I think the biggest problem I have with government heavily funding much of modern art is that when the majority of people have to be told that something is art, rather than just recognising it is such, then that art is elitist.

One way or another my bookshop has become one of the last remaining large secondhand bookshops in Kent, most of the others that remain are either, very expensive and aimed mostly at the collectors market, too small to have enough stock to be worth a regular visit or are buildings full of books most of which are of the sort of quality that one find at a jumble sale or in a charity shop.

I have always aimed at having the sort of stock that one would expect to find in a quality bookshop selling new books at the full price, but my stock is for the most part secondhand and at secondhand prices.

What this means is that as the recession bites I am seeing more customers from further away, as far as I can make out this is partly because of bookshop closures in other parts of the southeast and partly because more people are buying secondhand because of the recession.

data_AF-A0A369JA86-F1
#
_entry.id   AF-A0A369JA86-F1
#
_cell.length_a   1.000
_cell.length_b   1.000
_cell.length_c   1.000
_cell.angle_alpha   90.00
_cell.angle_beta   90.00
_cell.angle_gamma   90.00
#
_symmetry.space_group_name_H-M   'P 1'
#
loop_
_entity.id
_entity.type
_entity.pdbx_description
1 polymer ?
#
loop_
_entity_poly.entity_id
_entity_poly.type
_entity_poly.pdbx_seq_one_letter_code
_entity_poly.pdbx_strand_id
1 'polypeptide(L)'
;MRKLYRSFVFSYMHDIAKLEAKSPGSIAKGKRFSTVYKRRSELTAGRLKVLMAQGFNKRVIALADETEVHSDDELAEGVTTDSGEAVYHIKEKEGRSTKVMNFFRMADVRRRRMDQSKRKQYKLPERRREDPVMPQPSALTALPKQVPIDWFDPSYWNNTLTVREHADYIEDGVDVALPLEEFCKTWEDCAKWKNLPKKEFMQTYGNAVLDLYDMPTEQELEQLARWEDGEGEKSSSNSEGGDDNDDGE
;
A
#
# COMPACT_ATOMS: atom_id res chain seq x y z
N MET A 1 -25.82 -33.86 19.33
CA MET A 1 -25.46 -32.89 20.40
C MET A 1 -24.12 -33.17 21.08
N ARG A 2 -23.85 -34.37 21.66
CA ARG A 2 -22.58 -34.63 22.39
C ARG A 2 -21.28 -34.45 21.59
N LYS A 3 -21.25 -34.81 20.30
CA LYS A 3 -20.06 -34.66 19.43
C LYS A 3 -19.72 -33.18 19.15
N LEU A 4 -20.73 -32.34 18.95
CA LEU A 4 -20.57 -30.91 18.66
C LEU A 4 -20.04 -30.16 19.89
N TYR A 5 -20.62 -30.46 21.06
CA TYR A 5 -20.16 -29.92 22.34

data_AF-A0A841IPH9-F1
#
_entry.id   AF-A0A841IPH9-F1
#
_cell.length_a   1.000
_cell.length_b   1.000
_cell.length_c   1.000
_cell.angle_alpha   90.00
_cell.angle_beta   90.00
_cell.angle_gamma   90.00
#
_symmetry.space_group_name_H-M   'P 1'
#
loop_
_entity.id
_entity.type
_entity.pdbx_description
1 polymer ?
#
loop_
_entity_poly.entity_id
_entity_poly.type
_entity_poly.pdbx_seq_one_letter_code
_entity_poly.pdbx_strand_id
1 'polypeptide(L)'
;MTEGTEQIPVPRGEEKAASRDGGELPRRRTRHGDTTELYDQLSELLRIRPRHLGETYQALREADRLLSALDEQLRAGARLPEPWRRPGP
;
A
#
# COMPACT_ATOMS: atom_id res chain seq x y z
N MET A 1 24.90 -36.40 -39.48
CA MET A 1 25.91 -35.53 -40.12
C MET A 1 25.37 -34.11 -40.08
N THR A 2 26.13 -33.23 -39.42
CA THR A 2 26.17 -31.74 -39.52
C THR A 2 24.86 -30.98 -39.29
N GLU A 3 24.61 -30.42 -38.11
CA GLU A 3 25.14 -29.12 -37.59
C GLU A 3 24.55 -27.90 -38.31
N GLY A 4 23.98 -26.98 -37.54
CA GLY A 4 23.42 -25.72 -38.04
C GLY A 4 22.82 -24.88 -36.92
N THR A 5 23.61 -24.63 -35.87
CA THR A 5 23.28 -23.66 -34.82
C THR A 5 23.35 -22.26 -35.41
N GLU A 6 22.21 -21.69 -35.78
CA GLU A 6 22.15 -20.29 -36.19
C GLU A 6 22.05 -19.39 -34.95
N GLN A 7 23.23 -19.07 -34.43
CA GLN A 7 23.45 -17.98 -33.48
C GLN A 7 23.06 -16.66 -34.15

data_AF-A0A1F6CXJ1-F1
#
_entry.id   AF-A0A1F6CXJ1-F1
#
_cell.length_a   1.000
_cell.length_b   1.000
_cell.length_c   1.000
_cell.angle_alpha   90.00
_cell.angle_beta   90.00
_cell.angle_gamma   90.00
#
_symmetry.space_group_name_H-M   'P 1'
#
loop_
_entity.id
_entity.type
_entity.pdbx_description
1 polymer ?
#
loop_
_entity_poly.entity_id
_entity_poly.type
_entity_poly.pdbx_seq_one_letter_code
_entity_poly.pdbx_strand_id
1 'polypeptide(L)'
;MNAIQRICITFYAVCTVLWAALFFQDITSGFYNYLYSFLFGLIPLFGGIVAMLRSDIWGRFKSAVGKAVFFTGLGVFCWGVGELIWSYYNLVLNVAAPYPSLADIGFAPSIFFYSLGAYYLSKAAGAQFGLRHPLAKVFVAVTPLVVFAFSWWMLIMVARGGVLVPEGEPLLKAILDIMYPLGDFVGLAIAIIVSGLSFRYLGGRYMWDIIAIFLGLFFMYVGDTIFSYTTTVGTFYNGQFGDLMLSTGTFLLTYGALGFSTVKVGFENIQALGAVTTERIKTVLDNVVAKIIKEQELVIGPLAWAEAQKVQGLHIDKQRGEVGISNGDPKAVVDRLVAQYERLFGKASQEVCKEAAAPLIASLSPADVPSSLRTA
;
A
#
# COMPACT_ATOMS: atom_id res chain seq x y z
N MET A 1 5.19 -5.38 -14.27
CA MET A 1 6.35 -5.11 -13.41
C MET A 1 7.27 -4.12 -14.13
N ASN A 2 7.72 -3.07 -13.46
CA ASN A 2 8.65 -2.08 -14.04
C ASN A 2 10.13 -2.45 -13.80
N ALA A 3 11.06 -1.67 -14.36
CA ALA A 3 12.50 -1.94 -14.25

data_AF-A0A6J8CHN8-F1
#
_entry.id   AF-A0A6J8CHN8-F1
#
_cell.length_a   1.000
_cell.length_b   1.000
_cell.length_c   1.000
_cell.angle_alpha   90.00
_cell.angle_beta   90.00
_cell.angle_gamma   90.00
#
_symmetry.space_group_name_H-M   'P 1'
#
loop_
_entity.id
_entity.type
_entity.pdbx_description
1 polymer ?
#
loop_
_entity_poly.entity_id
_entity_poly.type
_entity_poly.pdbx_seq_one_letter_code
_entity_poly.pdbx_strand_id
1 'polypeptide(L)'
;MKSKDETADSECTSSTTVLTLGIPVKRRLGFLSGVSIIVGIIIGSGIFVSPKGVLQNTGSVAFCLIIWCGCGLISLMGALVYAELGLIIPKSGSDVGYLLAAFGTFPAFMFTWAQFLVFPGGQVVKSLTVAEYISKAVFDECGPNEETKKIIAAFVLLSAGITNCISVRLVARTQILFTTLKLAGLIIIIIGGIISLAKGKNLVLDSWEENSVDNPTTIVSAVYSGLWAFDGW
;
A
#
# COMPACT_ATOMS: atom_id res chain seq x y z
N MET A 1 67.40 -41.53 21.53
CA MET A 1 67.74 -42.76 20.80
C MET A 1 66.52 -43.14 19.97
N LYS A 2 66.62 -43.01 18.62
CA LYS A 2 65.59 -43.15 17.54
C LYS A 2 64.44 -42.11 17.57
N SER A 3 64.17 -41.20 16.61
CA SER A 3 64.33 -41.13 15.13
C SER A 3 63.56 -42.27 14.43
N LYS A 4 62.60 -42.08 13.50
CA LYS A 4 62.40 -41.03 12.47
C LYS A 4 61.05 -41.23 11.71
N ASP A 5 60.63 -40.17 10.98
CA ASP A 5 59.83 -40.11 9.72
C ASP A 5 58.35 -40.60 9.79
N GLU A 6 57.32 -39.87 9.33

Now when people are buying a non-fiction book they are registering their interest in a subject with their own money, and from this I am able to get a fairly good idea of where people’s interests lie across the county.

I can say without a doubt that the subject that interests the people of Kent the most is history, with the people interested in ultra modern art being about one in a thousand of those interested in history.

So with local government at the moment seemingly intent on closing government funded museums while pouring money into funding modern art, that is only art to those who are told it is art, seems to me to be somewhat incongruous.

In Ramsgate the situation seems to have reached a ridiculous situation where the council isn’t even being asked to fund the maritime museum, but still seems to be doing its best to force the museum’s closure.